Kultur: Wednesday, March 15, 2006
Melissa Farmer and Michael Tuck (as Magenta and Riff-Raff) star in Quad C Theatre’s ‘Rocky Horror (Puppet) Show.’
Charles Atlas-Approved

A new take on a cult classic, Quad C’s Rocky Horror (Puppet) Show summons Leo G. Carroll, Dana Andrews, and ... The Muppets?

When it comes to The Rocky Horror Picture Show, Kultur is somewhat of an authority. I grew up a couple of hours from Ohio, where Richard O’Brien’s campy musical film of cross-dressing, pan-sexuality, and rock ’n’ roll takes place, and my next-door neighbor was Hollywood special-effects wizard Tom Savini. I figure that in light of my uncannily Horror-ible upbringing, the fact that I’ve seen the movie 374 times is a mere sidelight.

Since falling in love with the 1975 sci-fi parody as a kid back in the 1980s, I’ve seen about a dozen versions, including the Broadway revival a few years ago. In all of my viewings, I still haven’t seen an RHPS iteration that eclipses the original. Not that I ever expect to. As Dr. Frank-N-Furter, “sweet transvestite” Tim Curry — dressed in black corset, thigh-high fishnets, and stilettos — gives undoubtedly the greatest comedic performance of all time. Susan Sarandon, Barry Bostwick, Meatloaf, Charles Gray, and some of the other leads also do excellent work. I just don’t think the film would be nearly as funny without Curry’s amazingly over-the-top yet subtle portrayal of the fey, homicidal mad scientist at the story’s sarcastic heart.

Even though there won’t be a better RHPS, there will always be enjoyable runner-ups. My two favorites are the Broadway production and a stage piece I saw back in the ‘90s in which both the good doctor and his half-nekkid Frankenstein-ish creation, Rocky, were played by hot chicks. (No, “Rockette” wasn’t topless. Instead of gold lamé trunks, she wore a gold lamé bikini. “Frank-N-Furt-Her”’s costume hadn’t changed a thread.)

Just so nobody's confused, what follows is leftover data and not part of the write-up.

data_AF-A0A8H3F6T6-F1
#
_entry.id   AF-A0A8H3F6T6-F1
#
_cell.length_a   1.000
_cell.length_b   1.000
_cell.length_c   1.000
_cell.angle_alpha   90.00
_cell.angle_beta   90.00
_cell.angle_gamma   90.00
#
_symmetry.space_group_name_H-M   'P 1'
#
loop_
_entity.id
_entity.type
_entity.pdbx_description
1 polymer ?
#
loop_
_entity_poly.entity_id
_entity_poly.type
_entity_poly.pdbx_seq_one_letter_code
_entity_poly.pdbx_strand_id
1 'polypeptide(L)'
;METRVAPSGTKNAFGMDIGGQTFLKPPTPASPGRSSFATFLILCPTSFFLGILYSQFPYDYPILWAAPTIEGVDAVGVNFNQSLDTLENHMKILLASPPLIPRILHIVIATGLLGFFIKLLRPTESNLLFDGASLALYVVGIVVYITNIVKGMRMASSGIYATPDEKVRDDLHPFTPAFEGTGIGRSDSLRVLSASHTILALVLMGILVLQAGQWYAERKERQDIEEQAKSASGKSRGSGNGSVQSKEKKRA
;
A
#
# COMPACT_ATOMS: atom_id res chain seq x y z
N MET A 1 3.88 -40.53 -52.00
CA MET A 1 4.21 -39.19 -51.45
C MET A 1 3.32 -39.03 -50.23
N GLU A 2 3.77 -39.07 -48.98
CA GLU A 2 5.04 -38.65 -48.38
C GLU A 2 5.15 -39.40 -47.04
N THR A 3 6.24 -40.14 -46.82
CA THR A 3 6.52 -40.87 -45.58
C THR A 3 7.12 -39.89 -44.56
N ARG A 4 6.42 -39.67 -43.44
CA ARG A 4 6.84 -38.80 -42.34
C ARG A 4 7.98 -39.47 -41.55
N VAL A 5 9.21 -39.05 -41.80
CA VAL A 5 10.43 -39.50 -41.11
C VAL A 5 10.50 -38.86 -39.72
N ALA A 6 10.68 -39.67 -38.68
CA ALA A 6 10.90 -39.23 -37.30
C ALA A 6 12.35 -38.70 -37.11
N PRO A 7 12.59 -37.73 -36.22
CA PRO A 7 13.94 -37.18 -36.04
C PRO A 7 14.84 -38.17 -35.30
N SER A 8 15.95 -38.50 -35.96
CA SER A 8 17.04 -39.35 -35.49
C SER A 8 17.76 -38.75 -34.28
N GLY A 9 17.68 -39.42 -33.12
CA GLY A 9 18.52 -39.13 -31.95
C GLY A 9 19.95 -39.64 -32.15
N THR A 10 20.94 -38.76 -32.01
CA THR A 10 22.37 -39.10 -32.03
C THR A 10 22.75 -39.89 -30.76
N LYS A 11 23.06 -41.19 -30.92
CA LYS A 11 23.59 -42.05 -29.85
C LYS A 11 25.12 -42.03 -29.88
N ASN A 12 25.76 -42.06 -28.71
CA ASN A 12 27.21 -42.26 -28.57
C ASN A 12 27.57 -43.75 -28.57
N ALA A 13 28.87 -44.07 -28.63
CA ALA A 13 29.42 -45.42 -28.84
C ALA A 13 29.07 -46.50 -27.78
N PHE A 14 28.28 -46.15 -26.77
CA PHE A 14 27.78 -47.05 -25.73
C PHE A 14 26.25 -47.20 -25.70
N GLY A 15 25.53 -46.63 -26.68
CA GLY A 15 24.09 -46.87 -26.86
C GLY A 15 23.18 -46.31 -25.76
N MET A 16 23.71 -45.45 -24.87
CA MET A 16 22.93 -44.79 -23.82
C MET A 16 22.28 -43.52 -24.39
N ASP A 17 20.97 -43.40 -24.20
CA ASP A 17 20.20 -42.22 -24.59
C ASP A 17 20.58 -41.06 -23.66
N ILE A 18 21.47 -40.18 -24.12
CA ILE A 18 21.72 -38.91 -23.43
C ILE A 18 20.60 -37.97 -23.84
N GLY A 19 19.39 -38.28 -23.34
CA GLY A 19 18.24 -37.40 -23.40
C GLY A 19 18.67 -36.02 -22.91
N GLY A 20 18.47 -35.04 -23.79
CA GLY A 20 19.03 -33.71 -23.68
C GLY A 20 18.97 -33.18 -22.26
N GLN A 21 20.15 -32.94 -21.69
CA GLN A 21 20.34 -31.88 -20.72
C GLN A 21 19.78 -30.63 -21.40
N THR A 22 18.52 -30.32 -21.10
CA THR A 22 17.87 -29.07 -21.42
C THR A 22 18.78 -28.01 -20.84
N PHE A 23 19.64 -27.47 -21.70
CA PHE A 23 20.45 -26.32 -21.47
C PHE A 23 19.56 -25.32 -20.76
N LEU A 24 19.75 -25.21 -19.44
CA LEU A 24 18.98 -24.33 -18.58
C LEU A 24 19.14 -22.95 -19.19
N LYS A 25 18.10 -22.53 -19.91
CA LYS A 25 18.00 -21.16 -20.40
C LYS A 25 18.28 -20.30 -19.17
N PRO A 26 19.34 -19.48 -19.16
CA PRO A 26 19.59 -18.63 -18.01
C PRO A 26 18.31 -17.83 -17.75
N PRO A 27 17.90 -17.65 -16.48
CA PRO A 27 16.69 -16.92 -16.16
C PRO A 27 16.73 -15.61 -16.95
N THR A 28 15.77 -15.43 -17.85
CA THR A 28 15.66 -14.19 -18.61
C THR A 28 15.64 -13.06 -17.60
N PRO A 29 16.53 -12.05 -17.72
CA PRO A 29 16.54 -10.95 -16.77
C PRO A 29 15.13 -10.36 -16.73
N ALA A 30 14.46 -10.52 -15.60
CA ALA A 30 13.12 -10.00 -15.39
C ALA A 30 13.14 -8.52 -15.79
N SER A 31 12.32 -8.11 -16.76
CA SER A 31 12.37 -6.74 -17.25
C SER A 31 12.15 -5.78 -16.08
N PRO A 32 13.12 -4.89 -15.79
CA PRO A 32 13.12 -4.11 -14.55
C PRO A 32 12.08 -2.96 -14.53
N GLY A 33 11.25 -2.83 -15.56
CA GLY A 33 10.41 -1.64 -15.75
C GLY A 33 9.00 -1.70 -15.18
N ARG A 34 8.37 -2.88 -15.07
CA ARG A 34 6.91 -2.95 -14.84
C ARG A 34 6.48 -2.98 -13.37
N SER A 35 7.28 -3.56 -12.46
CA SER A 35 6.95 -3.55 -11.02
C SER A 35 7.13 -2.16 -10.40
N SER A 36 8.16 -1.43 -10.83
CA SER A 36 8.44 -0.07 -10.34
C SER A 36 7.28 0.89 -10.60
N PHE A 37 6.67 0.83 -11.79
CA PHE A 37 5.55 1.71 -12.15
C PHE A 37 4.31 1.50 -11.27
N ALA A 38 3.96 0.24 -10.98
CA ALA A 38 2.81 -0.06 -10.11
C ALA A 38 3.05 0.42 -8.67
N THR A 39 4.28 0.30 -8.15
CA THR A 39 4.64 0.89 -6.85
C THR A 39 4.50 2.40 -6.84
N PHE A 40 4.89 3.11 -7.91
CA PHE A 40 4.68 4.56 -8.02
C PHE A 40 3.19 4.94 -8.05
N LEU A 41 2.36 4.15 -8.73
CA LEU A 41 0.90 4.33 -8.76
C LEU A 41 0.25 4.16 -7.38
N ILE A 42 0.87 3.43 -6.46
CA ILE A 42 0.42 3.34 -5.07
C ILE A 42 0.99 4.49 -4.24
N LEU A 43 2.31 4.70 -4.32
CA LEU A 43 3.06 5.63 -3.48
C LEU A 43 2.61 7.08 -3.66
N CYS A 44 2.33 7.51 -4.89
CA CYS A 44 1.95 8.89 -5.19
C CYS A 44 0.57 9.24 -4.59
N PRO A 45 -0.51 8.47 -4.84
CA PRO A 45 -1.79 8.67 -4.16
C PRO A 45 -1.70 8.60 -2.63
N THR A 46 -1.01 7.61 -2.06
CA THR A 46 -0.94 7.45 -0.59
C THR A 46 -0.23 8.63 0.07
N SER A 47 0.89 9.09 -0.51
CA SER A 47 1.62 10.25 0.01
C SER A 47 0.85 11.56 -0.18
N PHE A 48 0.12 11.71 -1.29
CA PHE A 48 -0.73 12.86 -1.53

To my short list of second-bests I can now add Quad C Theatre’s Rocky Horror (Puppet) Show. Except for the puppets onstage and in the balcony, the production was faithful to the source material: Two clean-cut young adults, Brad and Janet, get sucked into a so-bad-it’s-good nightmare starring Frank, the dream date he built from scratch (Rocky), and a few assistants and revelers. Into the mix swirl fantastic glam-rock numbers, sly references to drug usage, and a latent nostalgia for the ‘50s — its sci-fi flicks, clothing, and clearly defined moral boundaries. A narrator provides updates and insights from offstage.

Quad C strove to capture the spirit of the RHPS “experience.” Back in the day, dozens of art houses regularly screened the movie at midnight and encouraged patrons to dress as their favorite characters and sing along. Over the years, entire lines of dialogue had somehow been developed for viewers to perform along with the proceedings onscreen. As a viewer, you learned your lines by attending as many screenings as possible. As with a lot of cool underground stuff, the RHPS experience was eventually co-opted by The Man — now all the talking-back in theaters is done for viewers by strategically placed understudies. The Puppet show was no different.

Since there’s no way to improve upon O’Brien’s tale of clashing cultures as a vehicle for spiritual and sexual awakening, most RHPSs can be measured by two criteria: 1.) the quality of singing and, to a lesser extent, acting, and 2.) how well producers contemporize O’Brien’s timeless story. Seems that intolerance is still as big a problem today as it was 30 years ago. (Go figure.)